Home African Caribbean A Windrush Story That Needs To Be Read

A Windrush Story That Needs To Be Read

by Tony Kelly

My name is Tony Kelly

I currently work as a volunteer NHS Birmingham and Solihull Integrated Care System

My role is Diabetes Ambassador/Activist

As  a volunteer diabetes ambassador with the National Health Service – Birmingham and Solihull Integrated Care System  staff were invited to share stories from the  historical period of the forthcoming 75th Windrush anniversary celebrations with 22nd June being National Windrush Day. With that in mind I have chosen to highlight an article that was written for the Voice newspaper in April 2020 during the pandemic as it remains apt, relevant and poignant. I am all for  changing the narrative  to show that people from the Caribbean played a vital role from then in rebuilding the country after the second world war ended in 1945. The image of the White man pointing his finger on a poster saying ‘Your Country Needs You’ can be still viewed on the internet and many heeded the call to  come to what was then referred to as the Mother Country. Current and future generations of every ethnicity need to know this aspect of  history.

After the second world war ended in 1945 and the devastation caused by the relentless bombing in London and Coventry Cathedral the birth of the National Health Service in 1948 saw representatives from Britain arrive in the Caribbean with images of a man pointing his index finger along with the headline ‘Your country needs you’. 

My aunt, Aldyth Richards in 1952 from Bath, St. Thomas, Jamaica heeded the call to come and re-build Britain, followed by my mother in 1953 and another aunt, Yvonne Kelly in 1956 who all trained as State Registered Nurses (SRN) in London. They were indeed pioneers of the Windrush Generation and played a vital role in the NHS and their contribution is part of our history and legacy that needs to be known to the current and future generations.  The narrative needs to be changed and my contribution to that is also shared here with a few photos taken back then.

My family helped to build the NHS’: Tony Kelly’s letter to his mother 

In recent years, the critical role that black nurses who came to Britain as part of the Windrush Generation played in creating the NHS has come to be more fully recognised. One of those was Millicent Kelly who arrived in Britain in 1953. Here, in a heartfelt letter to his late mother, her son pays tribute to her achievements in nursing and wonders what she would have made of the current NHS.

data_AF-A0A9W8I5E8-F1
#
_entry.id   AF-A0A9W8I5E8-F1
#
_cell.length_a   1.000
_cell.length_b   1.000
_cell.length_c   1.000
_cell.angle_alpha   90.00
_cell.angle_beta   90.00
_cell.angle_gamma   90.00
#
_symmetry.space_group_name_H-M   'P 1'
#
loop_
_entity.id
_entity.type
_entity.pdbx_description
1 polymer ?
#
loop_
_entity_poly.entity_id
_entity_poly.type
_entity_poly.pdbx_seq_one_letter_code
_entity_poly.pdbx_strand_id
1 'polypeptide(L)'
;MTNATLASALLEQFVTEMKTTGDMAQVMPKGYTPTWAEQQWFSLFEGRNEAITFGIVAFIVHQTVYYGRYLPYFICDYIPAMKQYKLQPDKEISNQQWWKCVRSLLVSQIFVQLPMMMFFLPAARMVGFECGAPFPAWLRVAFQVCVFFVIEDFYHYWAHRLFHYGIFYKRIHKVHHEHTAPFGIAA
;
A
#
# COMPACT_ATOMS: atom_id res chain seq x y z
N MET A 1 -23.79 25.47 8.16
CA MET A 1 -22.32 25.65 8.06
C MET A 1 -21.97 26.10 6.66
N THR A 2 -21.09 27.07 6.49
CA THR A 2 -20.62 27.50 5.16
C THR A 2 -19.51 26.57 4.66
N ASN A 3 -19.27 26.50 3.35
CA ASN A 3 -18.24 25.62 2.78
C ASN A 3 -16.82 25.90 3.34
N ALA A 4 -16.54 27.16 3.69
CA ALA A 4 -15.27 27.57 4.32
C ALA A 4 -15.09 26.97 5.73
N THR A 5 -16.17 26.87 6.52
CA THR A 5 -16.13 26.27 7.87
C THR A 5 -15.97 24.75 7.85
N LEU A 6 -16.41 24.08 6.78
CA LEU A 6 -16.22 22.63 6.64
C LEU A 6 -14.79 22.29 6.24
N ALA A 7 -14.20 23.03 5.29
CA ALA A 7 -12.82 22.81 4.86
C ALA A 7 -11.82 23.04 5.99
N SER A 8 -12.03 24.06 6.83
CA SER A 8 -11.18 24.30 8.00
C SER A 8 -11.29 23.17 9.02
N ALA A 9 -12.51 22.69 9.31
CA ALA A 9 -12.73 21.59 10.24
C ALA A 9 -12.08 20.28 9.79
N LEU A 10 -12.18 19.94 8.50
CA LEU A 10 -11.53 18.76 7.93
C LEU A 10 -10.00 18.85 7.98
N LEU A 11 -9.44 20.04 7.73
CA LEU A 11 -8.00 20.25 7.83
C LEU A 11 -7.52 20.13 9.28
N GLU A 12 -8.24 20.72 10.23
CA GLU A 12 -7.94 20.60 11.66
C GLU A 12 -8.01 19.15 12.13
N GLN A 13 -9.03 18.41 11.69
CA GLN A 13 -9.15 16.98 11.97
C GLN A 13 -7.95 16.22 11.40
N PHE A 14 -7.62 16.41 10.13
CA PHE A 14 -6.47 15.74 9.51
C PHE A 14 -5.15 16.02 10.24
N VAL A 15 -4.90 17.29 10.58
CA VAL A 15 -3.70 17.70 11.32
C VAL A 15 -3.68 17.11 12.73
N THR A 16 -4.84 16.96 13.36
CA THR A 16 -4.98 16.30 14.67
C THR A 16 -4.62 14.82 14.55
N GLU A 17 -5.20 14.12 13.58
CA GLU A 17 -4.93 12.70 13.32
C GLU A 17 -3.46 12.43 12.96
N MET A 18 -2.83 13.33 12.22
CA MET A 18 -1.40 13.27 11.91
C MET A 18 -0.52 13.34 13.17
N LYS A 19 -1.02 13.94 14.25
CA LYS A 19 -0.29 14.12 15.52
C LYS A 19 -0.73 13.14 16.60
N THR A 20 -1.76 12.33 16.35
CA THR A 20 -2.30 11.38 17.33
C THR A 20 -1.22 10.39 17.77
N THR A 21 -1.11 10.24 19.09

For the full story click here

NB: In the feature photo Millicent Kelly (far left) was one of the Windrush Generation nurses who came to Britain in the early 1950s and helped shape the NHS.

Tony Kelly

Tony Kelly

London born Tony Kelly of Jamaican parents grew up in Jamaica and returned to live in Birmingham in 1979.
He is a graduate of Mico Teachers’ College and taught in Kingston high schools prior to working for 30+ years as a middle manager in central and local government with an emphasis on equity, equality, diversity and inclusion. He has a masters’ degree in socio-legal studies from the university of Birmingham.
For over a decade Tony has volunteered as a diabetes ambassador firstly for Diabetes UK and now for the National Health Service – Birmingham and Solihull Clinical Commissioning Group. A multi-award winner doing a yearly average of 150 health and well-being events, locally, nationally and internationally focusing on type 2 diabetes. He was diagnosed with this medical condition 18 years ago. However with a combination of physical activity and diet he has never taken medication thus proving with the right mindset and discipline it can be achieved.
As a diabetes advocate/activist Tony will continue delivering the message of healthy options to readers of CaribDirect.com .


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Patrick June 25, 2023 - 7:36 am

The article and photos show how much Caribbean people and in particular Jamaicans contributed in a vitally important way to rebuilding Britain. Thankfully this evidence backs up that. Lest we forget readily springs to mind. A really moving story.

inderbir Kaur July 5, 2023 - 8:05 am

Tony has done a great job to bring the past to life and it is shameful how those who have helped build this country and its’ institutions have been subjected to hostile enviroment. The current government is operating as colonial oppressors. The British paid the local community to oppress and kill their own. The government in recent time have become overtly racist and oppressive.
Thank you Mr.Kelly

Yvonne June 24, 2023 - 3:32 am

History cannot be rewritten. It can be buried, whitewashed and retold to fit and support a particular narrative. Those who know the truth and have evidence should ensure that it is told and recorded especially so that the family members involved can see where they fit and how integral contributions are.

Shirley Thompson June 26, 2023 - 12:56 am Reply

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